The Testament of Loki by Joanne Harris

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Why not just keep it simple? There were enough pleasures in this world to fill every hour of a human’s life. Why waste so much precious time with doubt, and pain, and loneliness?

2.5 stars, rounded up Ragnarok came and went centuries ago, and after Asgard fell the old gods were either dead of stuck in the Netherworld for eternal torment. That is until Loki found a way to escape the Netherworld and into ours… but is he the only god to have found his way to freedom? And will Loki be yet again the pawn in the plans of other gods?

sigh I feel like 2018 is shoring up to be the year of disappointing mythology stories for me. When I saw this title available for request on NetGalley, I screamed to the Valkyries in hopes of being accepted for this arc. I love mythology, and Norse mythology in particular has been deeply interesting to me since childhood.

This is a story with an incredibly interesting premise, but unfortunately this is another book that I struggled with nearly from the beginning. I initially was hooked with the sarcastic voice of our narrator Loki and enjoyed the folding of mythology and Oracle prophesy; however, for some inexplicable reason I never connected with the story and found myself dragging on this book. It took me ten days to read the 320 pages, and the fact that I finished this at all rather than a DNF speaks to the overall premise and my wanting to see how things ended.

Sadly I was not aware that this book was part of a series until I received the mobi file (I really with NetGalley would list series information as this isn’t the first time this has happened), but since it appears to be a prequel of sorts I didn’t think it would be an issue (edit as of May 15, 2018 – this is now being marketed as Loki #2 and a sequel)— I admit that may be a reason for my having issues connecting with the story. I found the writing a bit difficult to understand at times and I felt like I was being told a lot of information rather than being shown it. Due to Loki’s trickster nature, as the narrator he kept things from the reader without really saying so until later. I didn’t really enjoy this writing device as I found myself confused quite often thinking that I missed something… and I did… it was just not revealed to the reader. It may be more successful if Loki simply said something like “but I’ll tell you more when you need to know.” Then again, others may very well enjoy this writing style!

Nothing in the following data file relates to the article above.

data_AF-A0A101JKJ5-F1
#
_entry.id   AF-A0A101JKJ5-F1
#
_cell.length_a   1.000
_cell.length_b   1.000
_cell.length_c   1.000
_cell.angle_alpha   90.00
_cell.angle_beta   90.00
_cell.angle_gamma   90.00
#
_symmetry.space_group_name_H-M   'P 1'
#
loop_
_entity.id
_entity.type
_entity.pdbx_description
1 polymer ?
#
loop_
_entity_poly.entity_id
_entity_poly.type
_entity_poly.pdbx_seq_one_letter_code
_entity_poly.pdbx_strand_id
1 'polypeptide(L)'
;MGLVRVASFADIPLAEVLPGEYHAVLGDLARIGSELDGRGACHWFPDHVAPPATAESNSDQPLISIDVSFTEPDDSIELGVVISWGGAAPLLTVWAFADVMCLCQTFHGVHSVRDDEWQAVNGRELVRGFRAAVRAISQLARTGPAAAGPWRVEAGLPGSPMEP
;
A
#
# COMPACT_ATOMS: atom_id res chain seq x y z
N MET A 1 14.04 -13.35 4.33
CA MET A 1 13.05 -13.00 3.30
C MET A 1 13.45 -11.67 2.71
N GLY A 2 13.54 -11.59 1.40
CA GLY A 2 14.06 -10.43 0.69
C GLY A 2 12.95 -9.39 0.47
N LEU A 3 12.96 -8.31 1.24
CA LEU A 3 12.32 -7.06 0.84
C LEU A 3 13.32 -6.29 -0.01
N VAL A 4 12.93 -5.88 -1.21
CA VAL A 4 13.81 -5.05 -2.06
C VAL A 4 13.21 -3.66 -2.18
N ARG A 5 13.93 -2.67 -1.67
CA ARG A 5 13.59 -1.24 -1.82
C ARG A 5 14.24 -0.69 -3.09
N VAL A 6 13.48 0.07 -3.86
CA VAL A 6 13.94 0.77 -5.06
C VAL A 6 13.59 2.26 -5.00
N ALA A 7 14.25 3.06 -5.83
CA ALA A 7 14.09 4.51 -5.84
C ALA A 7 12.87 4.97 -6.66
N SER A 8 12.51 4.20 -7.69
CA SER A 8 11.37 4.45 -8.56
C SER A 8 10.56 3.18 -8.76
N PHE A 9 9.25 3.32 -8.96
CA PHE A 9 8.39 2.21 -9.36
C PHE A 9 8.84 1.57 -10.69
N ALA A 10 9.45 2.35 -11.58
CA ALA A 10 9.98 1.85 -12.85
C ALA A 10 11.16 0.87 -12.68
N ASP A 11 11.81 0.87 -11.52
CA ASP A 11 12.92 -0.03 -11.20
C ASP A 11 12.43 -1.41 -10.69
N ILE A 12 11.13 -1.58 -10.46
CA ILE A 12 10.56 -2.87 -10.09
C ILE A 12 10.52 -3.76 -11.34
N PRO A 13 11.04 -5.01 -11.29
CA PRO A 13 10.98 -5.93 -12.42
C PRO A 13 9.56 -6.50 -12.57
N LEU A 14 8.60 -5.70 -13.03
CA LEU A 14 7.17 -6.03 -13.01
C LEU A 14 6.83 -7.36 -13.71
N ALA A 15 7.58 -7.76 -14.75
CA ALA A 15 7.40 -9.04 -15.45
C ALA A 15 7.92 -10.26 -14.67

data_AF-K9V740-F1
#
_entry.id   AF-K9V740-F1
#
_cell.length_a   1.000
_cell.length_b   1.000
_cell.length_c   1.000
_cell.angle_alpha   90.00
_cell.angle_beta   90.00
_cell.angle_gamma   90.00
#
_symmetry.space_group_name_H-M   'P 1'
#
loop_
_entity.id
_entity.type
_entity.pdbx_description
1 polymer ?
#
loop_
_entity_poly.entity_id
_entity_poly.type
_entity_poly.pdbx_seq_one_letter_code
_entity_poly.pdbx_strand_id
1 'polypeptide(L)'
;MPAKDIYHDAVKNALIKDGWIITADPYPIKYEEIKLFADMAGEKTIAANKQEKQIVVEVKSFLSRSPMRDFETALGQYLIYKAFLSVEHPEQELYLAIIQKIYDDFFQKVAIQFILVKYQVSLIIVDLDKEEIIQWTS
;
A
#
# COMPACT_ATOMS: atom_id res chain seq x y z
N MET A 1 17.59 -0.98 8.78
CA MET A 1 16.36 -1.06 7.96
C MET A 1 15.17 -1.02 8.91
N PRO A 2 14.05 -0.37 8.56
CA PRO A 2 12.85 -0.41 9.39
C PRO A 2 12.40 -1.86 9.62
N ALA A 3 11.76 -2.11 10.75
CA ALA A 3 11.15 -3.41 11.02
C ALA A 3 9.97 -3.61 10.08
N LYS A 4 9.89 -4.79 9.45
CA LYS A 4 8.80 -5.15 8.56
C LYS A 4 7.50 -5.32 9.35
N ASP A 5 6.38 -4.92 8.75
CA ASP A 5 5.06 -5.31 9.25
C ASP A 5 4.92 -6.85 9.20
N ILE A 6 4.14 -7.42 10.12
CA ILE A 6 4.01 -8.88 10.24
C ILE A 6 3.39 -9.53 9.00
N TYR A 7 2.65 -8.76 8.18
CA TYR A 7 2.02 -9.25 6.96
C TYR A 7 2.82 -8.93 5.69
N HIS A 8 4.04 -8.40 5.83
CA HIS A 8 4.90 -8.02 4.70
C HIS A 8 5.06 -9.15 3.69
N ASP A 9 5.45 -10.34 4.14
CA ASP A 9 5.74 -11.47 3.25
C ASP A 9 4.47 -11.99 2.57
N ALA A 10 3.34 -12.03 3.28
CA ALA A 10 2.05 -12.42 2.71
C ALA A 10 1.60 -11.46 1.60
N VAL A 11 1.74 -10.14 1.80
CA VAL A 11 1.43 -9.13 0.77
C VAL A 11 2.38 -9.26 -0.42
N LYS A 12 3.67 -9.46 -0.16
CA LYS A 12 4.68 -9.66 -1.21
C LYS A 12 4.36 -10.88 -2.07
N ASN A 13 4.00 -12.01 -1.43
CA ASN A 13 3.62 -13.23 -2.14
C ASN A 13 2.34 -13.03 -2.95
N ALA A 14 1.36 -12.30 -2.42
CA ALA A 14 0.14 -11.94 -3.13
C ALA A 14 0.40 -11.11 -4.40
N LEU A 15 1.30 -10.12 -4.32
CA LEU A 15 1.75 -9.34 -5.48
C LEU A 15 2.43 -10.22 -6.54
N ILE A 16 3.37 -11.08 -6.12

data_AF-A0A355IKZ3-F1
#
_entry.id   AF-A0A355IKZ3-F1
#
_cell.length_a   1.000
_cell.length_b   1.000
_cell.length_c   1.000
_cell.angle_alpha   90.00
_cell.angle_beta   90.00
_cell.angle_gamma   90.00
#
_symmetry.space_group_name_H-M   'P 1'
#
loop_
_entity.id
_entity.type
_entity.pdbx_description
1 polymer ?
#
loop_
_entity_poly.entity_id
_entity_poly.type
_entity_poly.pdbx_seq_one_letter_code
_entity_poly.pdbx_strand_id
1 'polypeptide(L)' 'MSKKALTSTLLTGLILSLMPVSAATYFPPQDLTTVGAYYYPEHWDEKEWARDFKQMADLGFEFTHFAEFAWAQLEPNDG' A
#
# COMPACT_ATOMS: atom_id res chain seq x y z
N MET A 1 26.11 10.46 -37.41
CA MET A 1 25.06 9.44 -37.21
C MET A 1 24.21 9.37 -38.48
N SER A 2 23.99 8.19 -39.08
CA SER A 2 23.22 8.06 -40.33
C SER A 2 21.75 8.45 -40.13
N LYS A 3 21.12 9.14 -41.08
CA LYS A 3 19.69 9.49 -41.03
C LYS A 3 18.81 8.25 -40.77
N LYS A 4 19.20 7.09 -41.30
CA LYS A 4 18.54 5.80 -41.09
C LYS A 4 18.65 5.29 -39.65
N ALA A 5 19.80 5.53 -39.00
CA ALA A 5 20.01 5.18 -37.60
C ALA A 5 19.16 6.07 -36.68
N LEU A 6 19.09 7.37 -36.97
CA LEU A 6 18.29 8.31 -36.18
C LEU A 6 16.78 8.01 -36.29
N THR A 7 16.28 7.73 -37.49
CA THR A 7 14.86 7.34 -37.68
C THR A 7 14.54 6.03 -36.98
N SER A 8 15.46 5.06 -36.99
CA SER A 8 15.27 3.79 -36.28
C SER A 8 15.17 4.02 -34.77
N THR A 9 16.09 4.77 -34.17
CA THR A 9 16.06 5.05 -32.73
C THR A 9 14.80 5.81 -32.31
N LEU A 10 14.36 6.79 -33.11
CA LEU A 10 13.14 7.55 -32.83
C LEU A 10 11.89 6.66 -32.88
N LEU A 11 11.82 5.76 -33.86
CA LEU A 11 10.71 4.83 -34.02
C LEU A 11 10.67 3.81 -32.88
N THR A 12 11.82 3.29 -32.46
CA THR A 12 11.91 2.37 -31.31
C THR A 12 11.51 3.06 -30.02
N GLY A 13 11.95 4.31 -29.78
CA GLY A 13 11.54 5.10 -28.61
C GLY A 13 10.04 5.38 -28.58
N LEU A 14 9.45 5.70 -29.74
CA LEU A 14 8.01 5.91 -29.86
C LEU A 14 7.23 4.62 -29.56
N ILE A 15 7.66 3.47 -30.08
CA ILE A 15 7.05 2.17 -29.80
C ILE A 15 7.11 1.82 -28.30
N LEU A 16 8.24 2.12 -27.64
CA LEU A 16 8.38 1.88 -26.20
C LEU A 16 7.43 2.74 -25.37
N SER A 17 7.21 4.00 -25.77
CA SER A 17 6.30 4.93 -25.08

There are themes of acceptance, self-love, and coming of age that will resonate well with a young adult audience, and I think a lot of readers will relate to Jumps. I wish that was more developed, I feel like there was more there to be discovered with Jumps and her friends.

cw: eating disorder, body image issues


Thank you to NetGalley and the publisher, Orion Publishing Group, for providing me a copy of the book in exchange for my honest review. You can find information about my rating criteria here


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  1. Pingback: May in Review – Reader Voracious Blog

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